Panel: Eligibility criteria for the pooled analysis Inclusion criteria Age 1860 years Clinical decits suggestive of infarction in the territory of the MCA with a score on the National Institutes of Health stroke scale (NIHSS) >15 Decrease in the level of consciousness to a score of 1 or greater on item 1a of the NIHSS Signs on CT of an infarct of at least 50% of the MCA territory, with or without additional infarction in the territory of the anterior or posterior cerebral artery on the same side, or infarct volume >145 cm as shown on diusion-weighted MRI Inclusion within 45 h after onset of symptoms Written informed consent by the patient or a legal representative Exclusion criteria Prestroke score on the mRS 2 Two xed dilated pupils Contralateral ischaemia or other brain lesion that could aect outcome Space-occupying haemorrhagic transformation of the infarct (parenchymal haemorrhage grade 2) Life expectancy <3 years Other serious illness that could aect outcome Known coagulopathy or systemic bleeding disorder Contraindication for anaesthesia Pregnancy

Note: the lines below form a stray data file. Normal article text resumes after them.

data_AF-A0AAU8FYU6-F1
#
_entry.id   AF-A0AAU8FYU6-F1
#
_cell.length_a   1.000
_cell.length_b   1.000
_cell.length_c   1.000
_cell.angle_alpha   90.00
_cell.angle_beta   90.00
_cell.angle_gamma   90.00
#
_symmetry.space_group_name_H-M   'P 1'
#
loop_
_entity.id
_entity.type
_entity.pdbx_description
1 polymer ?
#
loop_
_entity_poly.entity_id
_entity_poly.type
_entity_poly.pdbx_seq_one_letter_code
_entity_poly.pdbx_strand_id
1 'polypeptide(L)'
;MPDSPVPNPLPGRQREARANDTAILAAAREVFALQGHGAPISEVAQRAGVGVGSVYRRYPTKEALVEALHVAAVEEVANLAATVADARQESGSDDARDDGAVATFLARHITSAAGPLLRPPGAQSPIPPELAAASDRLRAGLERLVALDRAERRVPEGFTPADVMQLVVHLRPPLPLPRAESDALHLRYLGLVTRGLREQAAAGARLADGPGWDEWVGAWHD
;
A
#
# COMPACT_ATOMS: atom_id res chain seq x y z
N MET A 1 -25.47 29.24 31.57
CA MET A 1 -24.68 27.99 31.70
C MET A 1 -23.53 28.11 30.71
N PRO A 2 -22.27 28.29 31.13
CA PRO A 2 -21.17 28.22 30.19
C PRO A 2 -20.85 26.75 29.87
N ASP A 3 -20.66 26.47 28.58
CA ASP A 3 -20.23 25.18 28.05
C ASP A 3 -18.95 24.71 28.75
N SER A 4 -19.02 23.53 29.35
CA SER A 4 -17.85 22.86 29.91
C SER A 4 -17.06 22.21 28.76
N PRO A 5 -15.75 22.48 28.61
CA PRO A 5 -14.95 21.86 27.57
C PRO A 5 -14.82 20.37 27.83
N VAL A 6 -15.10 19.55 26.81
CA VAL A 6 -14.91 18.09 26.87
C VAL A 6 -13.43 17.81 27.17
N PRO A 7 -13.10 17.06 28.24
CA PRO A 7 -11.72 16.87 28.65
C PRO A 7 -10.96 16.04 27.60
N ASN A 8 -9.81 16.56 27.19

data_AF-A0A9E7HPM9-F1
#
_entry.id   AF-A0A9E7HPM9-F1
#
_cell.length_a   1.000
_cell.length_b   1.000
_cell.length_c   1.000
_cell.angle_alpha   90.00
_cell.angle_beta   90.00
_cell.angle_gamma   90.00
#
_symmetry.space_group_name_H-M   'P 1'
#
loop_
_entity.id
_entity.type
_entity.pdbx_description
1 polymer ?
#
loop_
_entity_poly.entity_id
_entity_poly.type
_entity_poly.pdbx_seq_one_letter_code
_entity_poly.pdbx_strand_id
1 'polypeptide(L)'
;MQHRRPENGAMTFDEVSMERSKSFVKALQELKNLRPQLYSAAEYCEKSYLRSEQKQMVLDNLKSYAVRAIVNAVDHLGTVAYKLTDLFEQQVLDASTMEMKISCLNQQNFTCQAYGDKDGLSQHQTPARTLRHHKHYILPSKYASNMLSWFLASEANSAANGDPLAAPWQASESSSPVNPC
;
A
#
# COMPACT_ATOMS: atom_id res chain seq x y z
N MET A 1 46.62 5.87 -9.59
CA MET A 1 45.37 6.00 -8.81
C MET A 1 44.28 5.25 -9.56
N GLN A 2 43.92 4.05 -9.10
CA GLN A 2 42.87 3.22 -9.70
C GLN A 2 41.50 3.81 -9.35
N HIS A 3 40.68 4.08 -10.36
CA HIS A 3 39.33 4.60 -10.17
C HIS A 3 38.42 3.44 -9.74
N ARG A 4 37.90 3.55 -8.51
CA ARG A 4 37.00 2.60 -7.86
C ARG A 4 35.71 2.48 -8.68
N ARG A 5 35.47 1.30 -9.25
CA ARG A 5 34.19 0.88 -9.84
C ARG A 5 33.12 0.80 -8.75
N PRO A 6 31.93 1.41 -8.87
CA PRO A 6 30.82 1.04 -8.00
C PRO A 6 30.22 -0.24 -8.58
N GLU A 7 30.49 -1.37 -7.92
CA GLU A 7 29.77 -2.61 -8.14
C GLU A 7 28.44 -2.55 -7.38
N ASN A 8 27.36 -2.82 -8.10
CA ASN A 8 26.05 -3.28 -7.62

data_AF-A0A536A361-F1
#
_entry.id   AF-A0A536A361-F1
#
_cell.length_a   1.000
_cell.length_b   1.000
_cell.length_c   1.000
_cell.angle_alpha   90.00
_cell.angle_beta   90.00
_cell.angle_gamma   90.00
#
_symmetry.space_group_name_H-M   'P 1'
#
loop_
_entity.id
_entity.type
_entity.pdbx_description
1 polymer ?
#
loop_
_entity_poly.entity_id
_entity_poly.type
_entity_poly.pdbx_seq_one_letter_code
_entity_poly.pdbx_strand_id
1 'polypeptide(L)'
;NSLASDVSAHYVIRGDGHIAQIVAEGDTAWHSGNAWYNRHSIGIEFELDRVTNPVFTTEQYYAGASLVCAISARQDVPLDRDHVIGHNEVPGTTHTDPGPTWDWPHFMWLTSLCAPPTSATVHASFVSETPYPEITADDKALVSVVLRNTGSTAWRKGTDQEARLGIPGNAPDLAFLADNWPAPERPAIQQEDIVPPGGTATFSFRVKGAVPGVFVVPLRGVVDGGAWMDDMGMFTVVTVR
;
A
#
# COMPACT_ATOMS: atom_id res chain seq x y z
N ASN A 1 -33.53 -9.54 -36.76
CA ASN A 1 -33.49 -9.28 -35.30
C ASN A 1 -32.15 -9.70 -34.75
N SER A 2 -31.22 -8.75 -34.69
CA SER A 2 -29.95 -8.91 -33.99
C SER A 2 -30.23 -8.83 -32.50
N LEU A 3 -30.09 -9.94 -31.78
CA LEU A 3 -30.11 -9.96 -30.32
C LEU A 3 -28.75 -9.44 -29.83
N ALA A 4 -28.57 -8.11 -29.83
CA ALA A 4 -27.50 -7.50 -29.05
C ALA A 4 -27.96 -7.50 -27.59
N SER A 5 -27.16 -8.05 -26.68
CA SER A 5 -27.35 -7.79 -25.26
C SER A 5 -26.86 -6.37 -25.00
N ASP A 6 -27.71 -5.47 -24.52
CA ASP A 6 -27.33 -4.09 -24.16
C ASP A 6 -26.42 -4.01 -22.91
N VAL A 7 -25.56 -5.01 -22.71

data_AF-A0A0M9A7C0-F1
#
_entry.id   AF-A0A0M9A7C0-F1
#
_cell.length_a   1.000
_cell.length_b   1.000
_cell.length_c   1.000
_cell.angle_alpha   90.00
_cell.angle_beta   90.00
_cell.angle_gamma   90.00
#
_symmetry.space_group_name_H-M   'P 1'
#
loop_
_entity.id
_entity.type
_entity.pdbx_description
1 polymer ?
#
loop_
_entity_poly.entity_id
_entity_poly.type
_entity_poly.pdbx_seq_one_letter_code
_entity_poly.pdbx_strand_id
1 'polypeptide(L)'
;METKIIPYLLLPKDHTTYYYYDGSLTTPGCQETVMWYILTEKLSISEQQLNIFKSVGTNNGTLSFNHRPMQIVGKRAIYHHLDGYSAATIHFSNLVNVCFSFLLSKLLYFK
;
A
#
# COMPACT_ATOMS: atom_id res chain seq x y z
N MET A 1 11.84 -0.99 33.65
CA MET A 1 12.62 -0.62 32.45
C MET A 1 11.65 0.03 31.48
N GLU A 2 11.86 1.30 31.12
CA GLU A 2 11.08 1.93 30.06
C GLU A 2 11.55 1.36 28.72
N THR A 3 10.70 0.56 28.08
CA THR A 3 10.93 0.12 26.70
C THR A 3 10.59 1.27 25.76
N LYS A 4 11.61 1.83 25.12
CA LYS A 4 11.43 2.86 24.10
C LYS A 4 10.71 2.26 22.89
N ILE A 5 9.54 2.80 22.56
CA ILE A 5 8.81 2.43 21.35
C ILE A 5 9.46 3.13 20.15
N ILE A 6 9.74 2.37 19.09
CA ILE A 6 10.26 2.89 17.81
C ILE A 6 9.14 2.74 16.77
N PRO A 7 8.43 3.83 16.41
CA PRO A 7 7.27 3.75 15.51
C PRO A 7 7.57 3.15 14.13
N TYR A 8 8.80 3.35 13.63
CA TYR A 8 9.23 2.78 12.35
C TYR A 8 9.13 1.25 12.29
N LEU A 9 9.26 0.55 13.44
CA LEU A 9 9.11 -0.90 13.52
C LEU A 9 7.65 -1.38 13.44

was obtained from the patients or their legal representatives. DECIMAL was designed to include a maximum of 60 patients, 30 in each group. Recruitment stopped after inclusion of 38 patients in March 2006, because of slow enrolment, a signicant dierence in mortality favouring decompressive surgery, and the opportunity of a pooled analysis with DESTINY and HAMLET. DESTINY aimed to include a maximum of 68 patients. Recruitment was interrupted in February, 2006, after a planned interim analysis including 32 patients showed a signicant benet of surgery on 30 day mortality, and the study was stopped denitively after a revised samplesize projection indicated that 188 patients would be needed to show a signicant dierence in the primary endpoint (mRS 03 vs 4 to death at 6 months). HAMLET aims to include 112 patients.13 The inclusion and exclusion criteria of the three trials were largely similar. The main dierences included: a longer interval allowed from stroke onset to start of treatment in HAMLET (99 h) than in DECIMAL (30 h) and in DESTINY (36 h). For the pooled analysis, a maximum time window from stroke onset to randomisation of 45 h (ie, 48 h to treatment) was adopted. Neuroimaging criteria were too dierent between the three trials to be included in the pooled analysis. These criteria were an infarct volume on diusion-weighted MRI of more than 145 cm in DECIMAL, brain CT ischaemic changes aecting more than two-thirds of the MCA territory and including the basal ganglia in DESTINY, and brain CT ischaemic changes aecting at least two-thirds of the MCA territory with space-occupying oedema in HAMLET. Patients were randomised to either decompressive surgery or conservative treatment in all trials. In DECIMAL, patients were centrally randomised in blocks of four using a pre-established randomisation list. In DESTINY, randomisation was done according to a central computer-generated randomisation list for each participating centre. In HAMLET, randomisation was done centrally with a computerised algorithm in which an element of chance was added to the treatment decision of minimisation. Decompressive surgery consisted of a duraplasty and the creation of a large bone ap. In summary, a large (reversed) skin incision in the shape of a question mark based at the ear was made. A bone ap with a diameter of at least 12 cm (always including the frontal, temporal, and parietal bones) was removed. Additional temporal bone was removed so that the oor of the middle cerebral fossa could be reached. The dura was opened and a dural patch, consisting of pericranium or a commercially available dura substitute, was inserted and secured to enlarge the intradural space. To prevent epidural bleeding, dural tacking sutures were used when considered necessary. The temporal muscle and the skin ap were then reapproximated and sutured.